Preparing Son for College Dorm Life

Julie_MI_Z5December 30, 2002

I'm try to pre-plan and make a list of what our son will need for college. Does anyone have experience with this and have a list started?

My famiy thinks I'm nuts--but he's not leaving this house until I'm sure he has basics like "X" number of towels and a box of bandaids and all that stuff.



Thank you for reporting this comment. Undo

Is he old enough to go to the store by himself? Can he be trusted to ask questions of others if he needs something? If your answer to either of these is no, maybe you should keep him at home a year or two longer.

Some boys his age would be going into the service. They can make it without mommy. So can your son. If he can't, then it is time he learned.

Plan on him doing his laundry once a week or going dirty. It's going to be his problem.

    Bookmark   December 30, 2002 at 3:04PM
Thank you for reporting this comment. Undo

I don't have a list, but check with his school first. Things like microwaves, fridges, etc., may or may not already be in the room. Find out if the dorm beds are regular twins or extra long. The school may have a suggestion on number of towels, etc., but a lot of it depends on personal preference or how often he wants to wash clothes. I bought 3 full size bath towels for my youngest brother when he went off to school.

Also, check with the school to see if they have voice mail or if your ds needs to get an answering machine for his telephone. This may not be important to him now, but it will be when he gets ready to look for a job.

    Bookmark   December 30, 2002 at 3:11PM
Thank you for reporting this comment. Undo

Adella, thanks for the idea to call the school. It's been a long time since I was a college student!

Aileen, I find your unconstructive remarks quite mean-spirited. I just discovered the Parenting board within the last week and it's disheartening to read your comments; I believe my question was about what college students need, not whether or not my kid was "ready" for college.

To answer Aileen's questions, YES my son can shop alone and ask for help, but since he's going to be stuck without a car in the middle of no where, we would prefer to start him out fully-equipped (not to mention I don't want to pay college convenience store prices).

    Bookmark   December 30, 2002 at 3:58PM
Thank you for reporting this comment. Undo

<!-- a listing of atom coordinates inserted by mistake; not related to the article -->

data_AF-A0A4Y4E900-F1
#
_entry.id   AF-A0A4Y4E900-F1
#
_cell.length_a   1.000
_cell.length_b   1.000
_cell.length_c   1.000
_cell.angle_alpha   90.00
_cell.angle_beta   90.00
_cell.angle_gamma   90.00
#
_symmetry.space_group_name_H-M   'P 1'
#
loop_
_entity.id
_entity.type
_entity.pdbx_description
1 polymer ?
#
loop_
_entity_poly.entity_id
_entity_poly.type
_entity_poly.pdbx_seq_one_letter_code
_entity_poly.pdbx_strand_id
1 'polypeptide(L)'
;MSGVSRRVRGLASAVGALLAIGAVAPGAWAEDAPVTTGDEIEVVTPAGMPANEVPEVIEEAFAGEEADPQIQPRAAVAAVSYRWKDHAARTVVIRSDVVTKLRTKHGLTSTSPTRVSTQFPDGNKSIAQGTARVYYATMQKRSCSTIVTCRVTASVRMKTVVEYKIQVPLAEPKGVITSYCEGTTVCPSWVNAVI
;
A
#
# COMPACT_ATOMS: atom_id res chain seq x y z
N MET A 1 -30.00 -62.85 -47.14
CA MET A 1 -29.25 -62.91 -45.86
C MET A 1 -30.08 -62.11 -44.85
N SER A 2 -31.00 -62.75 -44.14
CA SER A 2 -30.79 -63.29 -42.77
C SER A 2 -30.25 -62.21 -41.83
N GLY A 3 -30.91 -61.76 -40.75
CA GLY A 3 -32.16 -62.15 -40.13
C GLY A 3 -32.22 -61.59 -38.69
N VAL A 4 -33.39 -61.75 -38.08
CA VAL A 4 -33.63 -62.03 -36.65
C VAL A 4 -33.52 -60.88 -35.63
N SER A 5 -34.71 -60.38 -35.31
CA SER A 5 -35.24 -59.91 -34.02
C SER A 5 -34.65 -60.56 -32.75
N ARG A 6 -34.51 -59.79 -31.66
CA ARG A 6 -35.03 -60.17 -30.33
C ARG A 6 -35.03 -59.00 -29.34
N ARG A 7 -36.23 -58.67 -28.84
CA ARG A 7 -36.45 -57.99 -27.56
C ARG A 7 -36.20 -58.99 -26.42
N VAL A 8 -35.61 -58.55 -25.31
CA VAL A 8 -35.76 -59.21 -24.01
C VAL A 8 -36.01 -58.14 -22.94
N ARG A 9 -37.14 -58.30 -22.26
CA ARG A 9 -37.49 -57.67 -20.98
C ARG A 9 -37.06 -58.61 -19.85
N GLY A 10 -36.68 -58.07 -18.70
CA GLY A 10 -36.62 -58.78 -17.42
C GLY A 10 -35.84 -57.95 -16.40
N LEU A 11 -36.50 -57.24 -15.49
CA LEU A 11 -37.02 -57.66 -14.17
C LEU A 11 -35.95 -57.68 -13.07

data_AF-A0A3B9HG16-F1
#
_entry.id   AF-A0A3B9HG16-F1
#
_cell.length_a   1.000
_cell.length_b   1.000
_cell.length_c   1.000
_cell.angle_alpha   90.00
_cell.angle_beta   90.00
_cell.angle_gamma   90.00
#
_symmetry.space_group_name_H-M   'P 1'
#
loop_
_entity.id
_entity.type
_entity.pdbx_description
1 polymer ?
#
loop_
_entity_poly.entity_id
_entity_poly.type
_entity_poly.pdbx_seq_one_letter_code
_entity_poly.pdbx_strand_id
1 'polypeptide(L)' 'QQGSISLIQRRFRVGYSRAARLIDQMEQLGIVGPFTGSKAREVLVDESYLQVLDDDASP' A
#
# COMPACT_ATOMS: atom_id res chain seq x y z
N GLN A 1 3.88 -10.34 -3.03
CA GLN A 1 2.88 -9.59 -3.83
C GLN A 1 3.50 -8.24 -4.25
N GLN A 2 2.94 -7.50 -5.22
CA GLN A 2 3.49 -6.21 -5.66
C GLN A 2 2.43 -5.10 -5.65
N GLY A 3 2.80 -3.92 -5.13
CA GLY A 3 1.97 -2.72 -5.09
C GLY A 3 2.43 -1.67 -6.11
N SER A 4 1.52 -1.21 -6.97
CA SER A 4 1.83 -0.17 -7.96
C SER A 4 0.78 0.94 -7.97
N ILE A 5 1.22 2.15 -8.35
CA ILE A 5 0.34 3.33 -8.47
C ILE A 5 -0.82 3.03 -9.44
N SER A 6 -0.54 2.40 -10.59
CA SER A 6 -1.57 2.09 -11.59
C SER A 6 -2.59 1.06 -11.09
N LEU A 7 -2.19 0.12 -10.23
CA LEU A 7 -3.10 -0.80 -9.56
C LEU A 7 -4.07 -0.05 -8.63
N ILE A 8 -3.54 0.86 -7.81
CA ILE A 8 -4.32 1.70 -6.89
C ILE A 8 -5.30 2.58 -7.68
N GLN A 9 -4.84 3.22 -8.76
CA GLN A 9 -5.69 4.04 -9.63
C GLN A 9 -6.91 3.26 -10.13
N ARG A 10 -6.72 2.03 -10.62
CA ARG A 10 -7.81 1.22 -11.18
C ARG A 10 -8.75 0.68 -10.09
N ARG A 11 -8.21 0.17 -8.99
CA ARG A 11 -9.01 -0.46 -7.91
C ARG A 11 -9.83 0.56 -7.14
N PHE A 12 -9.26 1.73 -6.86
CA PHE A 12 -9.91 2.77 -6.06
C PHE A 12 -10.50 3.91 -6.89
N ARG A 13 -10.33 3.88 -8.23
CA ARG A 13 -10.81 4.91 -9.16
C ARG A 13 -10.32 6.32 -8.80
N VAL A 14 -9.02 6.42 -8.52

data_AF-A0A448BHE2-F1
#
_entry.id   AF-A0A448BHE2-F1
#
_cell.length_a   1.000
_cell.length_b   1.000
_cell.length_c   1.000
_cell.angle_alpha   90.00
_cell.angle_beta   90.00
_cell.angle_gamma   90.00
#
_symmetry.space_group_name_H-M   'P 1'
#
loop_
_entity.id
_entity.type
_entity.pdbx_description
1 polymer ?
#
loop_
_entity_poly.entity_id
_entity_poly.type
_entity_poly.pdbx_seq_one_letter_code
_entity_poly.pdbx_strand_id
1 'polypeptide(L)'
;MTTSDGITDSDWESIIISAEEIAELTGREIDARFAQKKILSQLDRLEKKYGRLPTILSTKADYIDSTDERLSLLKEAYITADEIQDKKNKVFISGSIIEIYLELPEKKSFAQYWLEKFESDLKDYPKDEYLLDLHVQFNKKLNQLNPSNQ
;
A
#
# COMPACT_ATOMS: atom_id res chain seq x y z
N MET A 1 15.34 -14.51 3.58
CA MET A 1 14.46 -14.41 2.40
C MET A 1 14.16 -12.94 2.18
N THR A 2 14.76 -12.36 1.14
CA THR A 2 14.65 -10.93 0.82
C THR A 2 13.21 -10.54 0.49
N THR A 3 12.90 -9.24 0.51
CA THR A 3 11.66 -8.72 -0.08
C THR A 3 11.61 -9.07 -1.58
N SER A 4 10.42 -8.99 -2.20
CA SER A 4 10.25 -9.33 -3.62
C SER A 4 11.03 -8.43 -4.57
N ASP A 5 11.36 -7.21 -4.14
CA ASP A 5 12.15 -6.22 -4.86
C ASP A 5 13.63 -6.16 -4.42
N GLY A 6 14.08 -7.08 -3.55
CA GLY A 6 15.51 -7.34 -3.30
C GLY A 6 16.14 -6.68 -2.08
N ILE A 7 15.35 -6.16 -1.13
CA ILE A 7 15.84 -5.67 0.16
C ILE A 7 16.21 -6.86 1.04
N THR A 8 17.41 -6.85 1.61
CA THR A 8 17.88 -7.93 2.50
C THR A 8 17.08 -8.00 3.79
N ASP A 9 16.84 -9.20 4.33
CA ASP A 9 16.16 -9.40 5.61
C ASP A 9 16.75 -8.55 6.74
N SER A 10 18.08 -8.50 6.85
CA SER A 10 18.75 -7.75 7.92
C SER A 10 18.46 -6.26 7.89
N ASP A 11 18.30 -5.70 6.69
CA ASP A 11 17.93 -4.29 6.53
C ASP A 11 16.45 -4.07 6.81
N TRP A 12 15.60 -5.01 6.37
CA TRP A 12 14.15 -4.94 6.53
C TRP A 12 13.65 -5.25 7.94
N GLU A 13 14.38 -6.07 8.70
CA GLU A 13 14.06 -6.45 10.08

When is he going? Next fall? This spring semester? We have learned that dorms are not air conditioned and they need a fan. No fans are left in any college town by the time your kid gets there, so buy one at home and send it or pack it in the car. Since he will be washing clothes only for one, make it worth his time--have him do the laundry every other week and get him 2 weeks worth of socks and underpants or boxers. (I know they are expensive, especially boxers, so go to Ross, TJ Maxx or Marshalls for discounts.) Also get him a laundry duffle bag. He will need extra long twin sheets I would suspect, as well as a quilt and pillow and mattress pad (two sets would be a waste for most boys, who rarely change their sheets). One school supplied the linens, but no one wanted to use the ugly, scratchy stuff. Be smart and get a medium to deep color or busy print to disguise spots and spills. The answering machine and phone are provided in some dorms, so check that out. He will probably need to supply his own desk lamp and waste basket too. One or two towels is enough--two for when he is doing laundry and should want to take a shower or for when a friend visits or he wants to go to the beach. He will be walking to class in all kinds of weather--an umbrella is cool in college. If he is going to be in lots of snow, some kind of waterproof warm footwear is in order. About 6 weeks (so checks will arrive before he leaves) before he leaves, get him a checking account for the bank that has a campus ATM, but open it together at your local branch of that bank. Make arrangements for your name to be on the account too--then you can make deposits locally for his use on campus. Great when sudden expenses crop up, such as books costing twice as much as expected, tuition due, etc. Get him a charge card too--for emergencies only. If the laundry machines use coins (some use campus credit cards), send a roll of dimes and quarters too. If you have not bought him one before he leaves for school, give him $60 to buy a warm school sweatshirt. (The tradition at our daughter's high school was to wear a college shirt for where you are going on one particular day in the late spring, so we had her sweatshirt bought for then, but the boys bought when they arrived on campus.) An extension cord and/or surge protector. A cup, plate, bowl and knife, fork and spoon, and a paring knife. If you can rent a small frige from the school, do so; most seem to buy them at Costco. They are nice to have for those early breakfasts and weekend meals, not to mention snacks, etc. Soft sided, duffle bag type luggage so that it can be crammed under his bed or in the closet. Hangars--some boys do not know what these are, so you may have to demonstrate. A basket to put his shower stuff (shaving, soap, shampoo, toothpaste and brush) in and take with him, so be sure it has holes in the bottom too for draining. Talk with him about how he plans to get from the shower to his room to dress and buy him a terry robe if he will use it--is the floor coed? The floors are incredibly dirty in dorms--get him slippers.